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Corn Success: Research shows seeding depth and downforce settings are crucial.

Dan Quinn

March 12, 2024

4 Min Read
Dan Quinn and Pete Illingworth in a cornfield
COUNTING PLANTS: Dan Quinn (right) and Pete Illingworth, both with Purdue, count plants and record data in an Indiana Prairie Farmer and Purdue field trial that compared downforce and depth settings in corn. Tom J. Bechman

At a Glance

  • In a Purdue study, active downforce systems that adjust on the go improved yield.
  • Yield was not statistically higher for 2-inch vs. 3-inch depth.
  • Final plant population was significantly higher at 2-inch vs. 3-inch depth.

Rapid and uniform emergence is an essential component to achieving high corn yields. Proper seed placement and depth with adequate moisture is necessary for successful emergence and to prevent the seed from being exposed to poor environmental conditions. In addition, uniform emergence gives each plant equal opportunities for nutrients, water and sunlight.

Correct and consistent seed depth is an important aspect of achieving uniform plant emergence. Achieving correct depth requires proper planter downforce. Downforce is the amount of load applied to the planter row unit to place seeds at consistent depths.

Downforce basics

This load consists of the weight of the individual row unit and any additional load that can be applied through mechanical springs, air bags or hydraulics. Now, companies offer systems that can be used to vary load requirements on the go due to variable soil conditions.

Active hydraulic downforce systems can sense row-by-row feedback from load sensor readings on the planter gauge wheels. Then, the system can either apply downforce or supply lift to maintain gauge wheel ground contact.

These systems may be especially beneficial in high-residue fields, or where residue levels vary across the field. They can avoid issues where either too much or too little downforce is applied. Too much downforce on row units can lead to soil compaction. Too little downforce may result in shallow seeding depth.

Testing the concept

In 2023, an Indiana Prairie Farmer and Purdue University joint trial sought to test impacts of corn plant population and yield in response to active and static downforce settings across multiple hybrids and multiple targeted seeding depths. The research trial was performed at the Throckmorton Purdue Agricultural Center near Lafayette, Ind.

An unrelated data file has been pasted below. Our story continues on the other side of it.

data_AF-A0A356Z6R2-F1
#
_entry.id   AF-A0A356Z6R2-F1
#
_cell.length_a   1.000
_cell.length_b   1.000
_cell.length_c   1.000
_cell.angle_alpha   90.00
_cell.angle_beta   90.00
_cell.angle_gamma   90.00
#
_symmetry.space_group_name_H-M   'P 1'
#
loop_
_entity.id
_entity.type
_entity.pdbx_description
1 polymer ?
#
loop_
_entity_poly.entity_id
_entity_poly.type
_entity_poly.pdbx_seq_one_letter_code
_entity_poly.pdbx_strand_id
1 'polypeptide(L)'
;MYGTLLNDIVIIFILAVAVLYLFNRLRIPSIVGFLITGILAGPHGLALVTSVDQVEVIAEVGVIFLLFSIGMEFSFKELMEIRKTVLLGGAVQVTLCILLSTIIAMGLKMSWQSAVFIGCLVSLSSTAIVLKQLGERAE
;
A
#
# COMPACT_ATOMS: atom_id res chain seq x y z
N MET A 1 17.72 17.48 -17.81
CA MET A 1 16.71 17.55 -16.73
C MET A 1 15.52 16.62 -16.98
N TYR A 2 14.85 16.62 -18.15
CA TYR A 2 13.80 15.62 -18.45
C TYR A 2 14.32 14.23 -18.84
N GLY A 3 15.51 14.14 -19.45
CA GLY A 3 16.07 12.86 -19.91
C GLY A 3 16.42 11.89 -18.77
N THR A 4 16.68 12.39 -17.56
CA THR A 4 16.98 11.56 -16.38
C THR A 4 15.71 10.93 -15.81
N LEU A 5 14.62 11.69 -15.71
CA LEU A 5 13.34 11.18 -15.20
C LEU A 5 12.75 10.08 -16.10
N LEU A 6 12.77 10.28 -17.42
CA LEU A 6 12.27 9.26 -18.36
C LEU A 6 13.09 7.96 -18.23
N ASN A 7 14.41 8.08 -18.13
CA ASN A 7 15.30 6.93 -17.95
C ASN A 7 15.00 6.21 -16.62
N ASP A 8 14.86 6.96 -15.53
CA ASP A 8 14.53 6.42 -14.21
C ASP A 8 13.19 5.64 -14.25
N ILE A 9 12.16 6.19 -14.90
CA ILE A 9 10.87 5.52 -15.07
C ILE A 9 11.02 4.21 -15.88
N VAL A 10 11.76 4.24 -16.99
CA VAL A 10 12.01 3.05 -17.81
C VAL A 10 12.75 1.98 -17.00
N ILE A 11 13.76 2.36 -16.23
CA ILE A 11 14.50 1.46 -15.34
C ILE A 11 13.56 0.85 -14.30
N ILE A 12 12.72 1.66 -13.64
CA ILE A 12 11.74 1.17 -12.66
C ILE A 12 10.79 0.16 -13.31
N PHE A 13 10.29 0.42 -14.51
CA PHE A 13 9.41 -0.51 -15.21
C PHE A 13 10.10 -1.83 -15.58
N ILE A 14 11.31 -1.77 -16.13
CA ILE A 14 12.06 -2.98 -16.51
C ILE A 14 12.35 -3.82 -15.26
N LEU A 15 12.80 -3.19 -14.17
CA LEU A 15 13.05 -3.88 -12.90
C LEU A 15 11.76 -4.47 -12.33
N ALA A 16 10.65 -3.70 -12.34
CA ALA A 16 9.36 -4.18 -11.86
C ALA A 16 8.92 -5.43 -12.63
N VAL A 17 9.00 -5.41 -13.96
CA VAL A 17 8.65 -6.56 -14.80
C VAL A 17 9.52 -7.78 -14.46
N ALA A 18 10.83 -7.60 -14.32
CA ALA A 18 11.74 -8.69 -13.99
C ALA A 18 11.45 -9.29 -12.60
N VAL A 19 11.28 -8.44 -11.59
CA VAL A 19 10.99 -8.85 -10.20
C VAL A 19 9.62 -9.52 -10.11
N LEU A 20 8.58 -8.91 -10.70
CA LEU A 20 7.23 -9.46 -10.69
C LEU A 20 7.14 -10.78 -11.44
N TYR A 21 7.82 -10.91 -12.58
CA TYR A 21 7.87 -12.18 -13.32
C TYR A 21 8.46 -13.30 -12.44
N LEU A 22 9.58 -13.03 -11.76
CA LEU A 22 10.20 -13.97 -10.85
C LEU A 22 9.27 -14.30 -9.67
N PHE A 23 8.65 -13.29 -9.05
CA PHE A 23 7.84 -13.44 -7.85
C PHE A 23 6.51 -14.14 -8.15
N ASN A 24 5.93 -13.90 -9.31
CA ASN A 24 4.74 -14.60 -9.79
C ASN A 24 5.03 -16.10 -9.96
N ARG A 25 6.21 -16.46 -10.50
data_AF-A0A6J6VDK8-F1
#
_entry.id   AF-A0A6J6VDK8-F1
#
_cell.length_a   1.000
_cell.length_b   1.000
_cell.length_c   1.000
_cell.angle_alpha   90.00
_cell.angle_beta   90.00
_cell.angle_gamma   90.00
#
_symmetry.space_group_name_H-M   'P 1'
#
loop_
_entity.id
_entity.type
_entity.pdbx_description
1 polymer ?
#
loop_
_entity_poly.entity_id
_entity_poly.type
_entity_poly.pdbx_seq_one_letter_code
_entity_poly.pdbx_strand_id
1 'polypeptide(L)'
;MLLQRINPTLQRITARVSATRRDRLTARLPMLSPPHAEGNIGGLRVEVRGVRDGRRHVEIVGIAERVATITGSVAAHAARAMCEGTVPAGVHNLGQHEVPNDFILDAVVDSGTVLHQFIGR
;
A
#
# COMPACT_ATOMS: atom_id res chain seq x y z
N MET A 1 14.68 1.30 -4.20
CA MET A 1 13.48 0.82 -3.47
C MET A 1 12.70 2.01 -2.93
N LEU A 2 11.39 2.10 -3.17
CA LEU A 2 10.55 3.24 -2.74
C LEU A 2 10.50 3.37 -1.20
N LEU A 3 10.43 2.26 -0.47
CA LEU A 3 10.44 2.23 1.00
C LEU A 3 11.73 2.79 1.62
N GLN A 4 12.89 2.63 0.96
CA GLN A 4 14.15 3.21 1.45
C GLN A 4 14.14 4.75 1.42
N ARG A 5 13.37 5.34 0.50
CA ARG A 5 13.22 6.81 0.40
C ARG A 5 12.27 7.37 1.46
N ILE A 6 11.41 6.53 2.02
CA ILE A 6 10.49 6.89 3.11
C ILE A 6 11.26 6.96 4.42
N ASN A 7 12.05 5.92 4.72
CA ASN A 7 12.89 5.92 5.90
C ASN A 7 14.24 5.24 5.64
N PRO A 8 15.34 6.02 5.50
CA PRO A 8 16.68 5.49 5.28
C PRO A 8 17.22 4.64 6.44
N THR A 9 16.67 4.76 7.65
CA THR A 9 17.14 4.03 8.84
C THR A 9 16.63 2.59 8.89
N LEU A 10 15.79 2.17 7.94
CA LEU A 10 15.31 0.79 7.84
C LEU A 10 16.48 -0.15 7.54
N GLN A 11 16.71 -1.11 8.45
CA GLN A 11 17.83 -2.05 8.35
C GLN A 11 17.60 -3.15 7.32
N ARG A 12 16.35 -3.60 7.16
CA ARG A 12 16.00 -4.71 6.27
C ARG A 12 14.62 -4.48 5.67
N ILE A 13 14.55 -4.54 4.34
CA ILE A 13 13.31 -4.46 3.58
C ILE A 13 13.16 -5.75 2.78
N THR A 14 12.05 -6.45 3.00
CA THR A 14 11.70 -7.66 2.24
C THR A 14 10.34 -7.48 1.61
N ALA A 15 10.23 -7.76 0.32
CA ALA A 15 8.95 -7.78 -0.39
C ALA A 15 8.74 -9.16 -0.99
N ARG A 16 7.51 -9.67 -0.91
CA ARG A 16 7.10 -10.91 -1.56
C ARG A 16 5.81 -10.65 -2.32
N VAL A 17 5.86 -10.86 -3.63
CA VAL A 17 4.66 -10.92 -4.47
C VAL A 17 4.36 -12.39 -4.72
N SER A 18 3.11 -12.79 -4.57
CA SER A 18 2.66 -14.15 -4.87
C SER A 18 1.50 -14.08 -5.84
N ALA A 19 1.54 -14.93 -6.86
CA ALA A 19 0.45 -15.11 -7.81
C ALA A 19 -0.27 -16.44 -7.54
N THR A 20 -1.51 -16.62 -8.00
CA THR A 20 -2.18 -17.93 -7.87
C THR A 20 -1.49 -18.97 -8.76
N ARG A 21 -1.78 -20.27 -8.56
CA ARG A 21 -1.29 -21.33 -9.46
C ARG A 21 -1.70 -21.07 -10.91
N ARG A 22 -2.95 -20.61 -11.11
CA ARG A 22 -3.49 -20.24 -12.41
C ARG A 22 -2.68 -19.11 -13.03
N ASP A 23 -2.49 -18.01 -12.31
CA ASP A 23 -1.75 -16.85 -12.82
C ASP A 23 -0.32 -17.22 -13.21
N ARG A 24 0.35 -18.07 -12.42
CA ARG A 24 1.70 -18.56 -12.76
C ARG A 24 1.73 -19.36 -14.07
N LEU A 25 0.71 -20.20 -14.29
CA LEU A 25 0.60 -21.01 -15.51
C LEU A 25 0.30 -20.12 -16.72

Treatments were replicated three times and randomized at field-scale. Plots measured 12 rows wide by 400 feet long. Treatments were planted with a John Deere 7000 Series planter equipped with the DeltaForce active downforce system from Precision Planting, based in Tremont, Ill.

It uses load cells to actively measure individual row-unit gauge-wheel downforce and adjusts applied downforce or lift based on sensor readings and conditions. The targeted seeding rate for the study was 30,000 seeds per acre.

Two hybrids were included at two depths: 2 inches and 3 inches. The final variable was downforce. The downforce system in the active setting, where it adjusted automatically based on soil and residue conditions, was compared to applying a constant downforce of 100 pounds.

Beck’s provided seed for the study. Thanks go out to Pete Illingworth and crew at TPAC for assisting in the trial. Stands were tracked for differences in emergence. Populations were taken by walking the field at the V8 stage, and harvest stand counts were made to make sure all potential differences were captured. Only harvest populations are included in the results table (below).

A graphic table outlining the influence of hybrid, depth and downforce on plant population, moisture and yield. Lafayette, Ind., 2023

Deciphering results

No interactions between hybrid type and seeding depth on yield and plant population response to static vs. active downforce were observed. This means there was no indication that static or active downforce differed in its response based on hybrid type or targeted depth, either 2 or 3 inches.

However, there were statistical differences in final plant population and yield among the main factors of the study. These include hybrid type, depth and downforce. Final plant population was improved by 4% with a 2-inch planting depth vs. 3-inch planting depth. The use of active downforce vs. a standard 100 pounds increased plant population 3%.

Corn yield differences were observed between hybrids and downforce settings. In this study, Hybrid 1 outyielded Hybrid 2 by an average of 15 bushels per acre. Active downforce improved corn yield by 8 bushels per acre in comparison to static downforce, averaged across both hybrids.

This yield difference was likely due to reduced final plant stand observed with static downforce settings. Those may have been a function of less consistent seed depth and planter ground contact due to variable field conditions.

Overall, preliminary results indicate benefits for an active downforce system vs. a static downforce system on corn final plant population and yield. In this field, there are six different soil types, and elevation changes reach upward of 13 feet.

Therefore, benefits may be most pronounced in variable soil conditions. These include differences in soil type, elevation and residue levels. The goal is to conduct a similar trial again in 2024 to further study the impact of active downforce on plant population and yield.

About the Author(s)

Dan Quinn

Dan Quinn is the Purdue Extension corn specialist. Email him at [email protected].

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